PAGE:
We have all watched that scene in movies, where the stock market has crashed, and brokers trample each other shouting SELL! SELL! SELL! Although this makes for good television, in real life panicking when you see a drop in your investment can be the worst thing you can do.

Educated investors who stay on top of their investments understand that the market can be volatile, famous investor Warren Buffet says, “If you aren’t thinking about owning a stock for ten years, don’t even think about owning it for 10 minutes.”
If your investment drops and you panic; deciding to sell the stocks, you are locking in your loss – actually losing money. An unemotional investor, however, will have/do the necessary research and may leave the investment unchanged knowing that markets will recover.

When do you make an investment change/shift?

Assuming you did your research when making your investment decision; the rule of thumb is that you only change your investment when it is no longer appropriate for your objective, risk profile or time horizon. It is important to evaluate factors and consider market fundamentals and sentiment, which can be seen as the drivers of the investment fluctuations.

Market sentiment

Market sentiment is the overall attitude of investors towards the market. It can be seen as crowd psychology, often changing without logic.

Market fundamentals

Market fundamentals are factual qualitative and quantitative information that investors use to analyse the value of a market, company or investment. When the price of oil goes up, fundamentals dictate that the price of petrol should do the same.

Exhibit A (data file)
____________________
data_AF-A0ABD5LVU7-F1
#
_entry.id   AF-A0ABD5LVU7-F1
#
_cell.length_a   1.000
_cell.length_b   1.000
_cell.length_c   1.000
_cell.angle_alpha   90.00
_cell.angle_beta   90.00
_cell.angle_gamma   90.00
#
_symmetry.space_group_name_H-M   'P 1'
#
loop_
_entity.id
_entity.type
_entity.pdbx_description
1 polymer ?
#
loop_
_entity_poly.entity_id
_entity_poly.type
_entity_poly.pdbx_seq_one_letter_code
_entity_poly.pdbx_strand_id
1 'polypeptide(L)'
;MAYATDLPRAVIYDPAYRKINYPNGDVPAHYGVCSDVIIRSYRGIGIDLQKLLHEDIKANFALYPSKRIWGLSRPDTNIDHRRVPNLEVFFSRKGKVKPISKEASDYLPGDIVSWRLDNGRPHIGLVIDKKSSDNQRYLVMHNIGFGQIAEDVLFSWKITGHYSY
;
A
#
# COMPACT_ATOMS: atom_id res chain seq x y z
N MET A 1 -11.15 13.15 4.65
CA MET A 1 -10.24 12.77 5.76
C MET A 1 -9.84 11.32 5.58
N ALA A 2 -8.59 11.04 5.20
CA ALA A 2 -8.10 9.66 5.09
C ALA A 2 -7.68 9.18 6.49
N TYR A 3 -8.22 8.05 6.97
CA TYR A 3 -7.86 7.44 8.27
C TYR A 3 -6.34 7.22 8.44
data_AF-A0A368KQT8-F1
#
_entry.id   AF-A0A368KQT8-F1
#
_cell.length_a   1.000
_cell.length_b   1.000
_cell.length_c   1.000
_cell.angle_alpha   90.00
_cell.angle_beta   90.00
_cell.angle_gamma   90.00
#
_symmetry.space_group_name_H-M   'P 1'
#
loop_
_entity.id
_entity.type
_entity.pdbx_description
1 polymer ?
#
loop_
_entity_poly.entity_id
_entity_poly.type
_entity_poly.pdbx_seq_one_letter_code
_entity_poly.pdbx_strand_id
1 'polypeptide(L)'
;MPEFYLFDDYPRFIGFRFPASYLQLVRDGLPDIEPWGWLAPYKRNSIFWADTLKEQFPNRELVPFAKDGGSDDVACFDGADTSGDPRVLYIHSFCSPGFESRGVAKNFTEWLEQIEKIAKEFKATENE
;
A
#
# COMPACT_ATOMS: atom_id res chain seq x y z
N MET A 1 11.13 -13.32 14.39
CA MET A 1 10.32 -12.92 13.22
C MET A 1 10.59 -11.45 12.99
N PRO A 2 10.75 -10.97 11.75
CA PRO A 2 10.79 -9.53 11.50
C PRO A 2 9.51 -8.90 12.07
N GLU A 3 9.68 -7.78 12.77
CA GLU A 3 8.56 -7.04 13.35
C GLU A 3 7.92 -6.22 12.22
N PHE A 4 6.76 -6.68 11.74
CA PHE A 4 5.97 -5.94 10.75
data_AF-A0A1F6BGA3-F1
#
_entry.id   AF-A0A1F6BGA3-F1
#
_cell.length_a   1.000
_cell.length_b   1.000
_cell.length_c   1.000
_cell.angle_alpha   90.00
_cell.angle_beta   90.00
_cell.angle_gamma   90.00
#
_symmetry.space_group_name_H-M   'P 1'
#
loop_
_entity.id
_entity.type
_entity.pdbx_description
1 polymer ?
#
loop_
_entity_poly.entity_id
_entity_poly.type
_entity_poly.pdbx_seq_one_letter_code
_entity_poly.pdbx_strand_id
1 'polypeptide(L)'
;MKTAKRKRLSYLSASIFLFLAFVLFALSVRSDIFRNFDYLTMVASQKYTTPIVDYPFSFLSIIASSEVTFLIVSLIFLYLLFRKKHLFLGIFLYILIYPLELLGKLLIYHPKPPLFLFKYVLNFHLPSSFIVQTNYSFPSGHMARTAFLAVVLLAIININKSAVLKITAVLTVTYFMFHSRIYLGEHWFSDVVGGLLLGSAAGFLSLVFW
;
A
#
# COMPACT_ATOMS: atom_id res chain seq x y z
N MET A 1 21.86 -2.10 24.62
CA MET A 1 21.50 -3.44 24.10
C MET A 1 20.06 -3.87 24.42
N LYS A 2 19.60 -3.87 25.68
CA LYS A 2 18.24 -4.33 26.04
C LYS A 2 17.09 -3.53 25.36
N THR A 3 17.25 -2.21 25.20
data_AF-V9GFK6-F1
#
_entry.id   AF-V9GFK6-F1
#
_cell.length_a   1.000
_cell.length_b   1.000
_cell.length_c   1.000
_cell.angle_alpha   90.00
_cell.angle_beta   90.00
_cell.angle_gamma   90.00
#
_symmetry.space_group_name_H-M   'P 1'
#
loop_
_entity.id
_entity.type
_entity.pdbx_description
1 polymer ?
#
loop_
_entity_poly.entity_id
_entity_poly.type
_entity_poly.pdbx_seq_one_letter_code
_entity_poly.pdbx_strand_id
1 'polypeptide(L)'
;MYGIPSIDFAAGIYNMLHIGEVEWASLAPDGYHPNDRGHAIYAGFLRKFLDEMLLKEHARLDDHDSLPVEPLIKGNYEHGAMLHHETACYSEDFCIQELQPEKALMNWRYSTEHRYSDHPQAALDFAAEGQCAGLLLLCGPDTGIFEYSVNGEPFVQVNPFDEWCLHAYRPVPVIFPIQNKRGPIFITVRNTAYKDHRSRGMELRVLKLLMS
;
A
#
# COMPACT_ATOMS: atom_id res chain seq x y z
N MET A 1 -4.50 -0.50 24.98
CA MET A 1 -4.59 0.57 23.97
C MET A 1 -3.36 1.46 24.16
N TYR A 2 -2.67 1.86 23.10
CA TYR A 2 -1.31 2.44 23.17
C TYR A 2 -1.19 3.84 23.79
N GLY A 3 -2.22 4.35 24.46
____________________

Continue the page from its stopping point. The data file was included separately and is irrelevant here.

Understanding these drivers can be a unique balance, sentiment drives markets over the short term, while fundamentals do so over the long term.

Constant research is required

Emotional investors either panic and sell because of short term noise or, while misunderstanding fundamentals do nothing until it’s too late. Being disciplined or unemotional doesn’t mean picking an investment, closing your eyes and hoping for the best. You have to constantly review and monitor your investment and make changes if it’s prudent.

We need to get all the facts before we make an investment decision. However, facts change, and you need to change with new information. Don’t hold onto the past and yesterday’s facts.

Warren Buffett, who truly understands the value of research says, be fearful when others are greedy and greedy when others are fearful because sentiment is often wrong and emotional investors behave like a herd following the leader and panicking.

Invest for the long-term to avoid being emotional

Selling investments at a loss, because of short-term volatility, trying to time the market or not investing while waiting for the markets to go back to 2008 levels is short sighted. Sentiment, although often wrong over the short term, does not change fundamentals over the long term.

Life is about embracing change and adapting to reality.

When you invest for the long term, you can afford to be unemotional. Investors who seek short term results will get caught up with the emotional wreck of constant noise and volatility. Long term investors can sleep peacefully at night, as they can afford to ignore short-term volatility and emotion. Embrace volatility as it is our reality, but when leveraged within a sound investment philosophy can provide great long term results.

Research will guide you in understanding whether market changes are based on fact and reality, or if it is having a little temper tantrum. You will achieve your long term goals if you do your homework and make informed investment decisions. The market is people, and people are emotional. Do not be swayed by emotions, but ignore them at your detriment.

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